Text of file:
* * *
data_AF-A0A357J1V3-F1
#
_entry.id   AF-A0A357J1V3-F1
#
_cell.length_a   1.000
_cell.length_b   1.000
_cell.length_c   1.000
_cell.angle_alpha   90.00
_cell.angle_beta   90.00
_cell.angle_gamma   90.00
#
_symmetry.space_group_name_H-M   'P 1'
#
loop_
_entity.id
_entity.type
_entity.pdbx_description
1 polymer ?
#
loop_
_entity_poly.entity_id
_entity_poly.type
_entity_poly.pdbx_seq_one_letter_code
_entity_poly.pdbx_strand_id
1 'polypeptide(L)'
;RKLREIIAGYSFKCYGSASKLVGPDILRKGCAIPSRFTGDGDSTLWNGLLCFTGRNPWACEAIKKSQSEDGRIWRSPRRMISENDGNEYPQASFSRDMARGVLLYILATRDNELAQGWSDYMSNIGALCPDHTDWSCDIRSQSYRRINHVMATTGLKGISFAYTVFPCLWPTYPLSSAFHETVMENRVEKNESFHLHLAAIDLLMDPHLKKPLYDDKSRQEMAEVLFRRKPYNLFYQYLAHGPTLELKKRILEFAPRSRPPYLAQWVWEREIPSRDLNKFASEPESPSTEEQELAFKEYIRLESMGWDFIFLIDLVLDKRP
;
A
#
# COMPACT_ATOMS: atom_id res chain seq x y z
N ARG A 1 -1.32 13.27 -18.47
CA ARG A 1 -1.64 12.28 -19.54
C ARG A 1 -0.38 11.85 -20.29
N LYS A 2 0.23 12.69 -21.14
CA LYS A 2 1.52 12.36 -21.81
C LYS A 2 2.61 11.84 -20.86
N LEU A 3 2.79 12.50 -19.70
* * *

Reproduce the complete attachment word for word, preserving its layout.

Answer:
data_AF-A0A357J1V3-F1
#
_entry.id   AF-A0A357J1V3-F1
#
_cell.length_a   1.000
_cell.length_b   1.000
_cell.length_c   1.000
_cell.angle_alpha   90.00
_cell.angle_beta   90.00
_cell.angle_gamma   90.00
#
_symmetry.space_group_name_H-M   'P 1'
#
loop_
_entity.id
_entity.type
_entity.pdbx_description
1 polymer ?
#
loop_
_entity_poly.entity_id
_entity_poly.type
_entity_poly.pdbx_seq_one_letter_code
_entity_poly.pdbx_strand_id
1 'polypeptide(L)'
;RKLREIIAGYSFKCYGSASKLVGPDILRKGCAIPSRFTGDGDSTLWNGLLCFTGRNPWACEAIKKSQSEDGRIWRSPRRMISENDGNEYPQASFSRDMARGVLLYILATRDNELAQGWSDYMSNIGALCPDHTDWSCDIRSQSYRRINHVMATTGLKGISFAYTVFPCLWPTYPLSSAFHETVMENRVEKNESFHLHLAAIDLLMDPHLKKPLYDDKSRQEMAEVLFRRKPYNLFYQYLAHGPTLELKKRILEFAPRSRPPYLAQWVWEREIPSRDLNKFASEPESPSTEEQELAFKEYIRLESMGWDFIFLIDLVLDKRP
;
A
#
# COMPACT_ATOMS: atom_id res chain seq x y z
N ARG A 1 -1.32 13.27 -18.47
CA ARG A 1 -1.64 12.28 -19.54
C ARG A 1 -0.38 11.85 -20.29
N LYS A 2 0.23 12.69 -21.14
CA LYS A 2 1.52 12.36 -21.81
C LYS A 2 2.61 11.84 -20.86
N LEU A 3 2.79 12.50 -19.70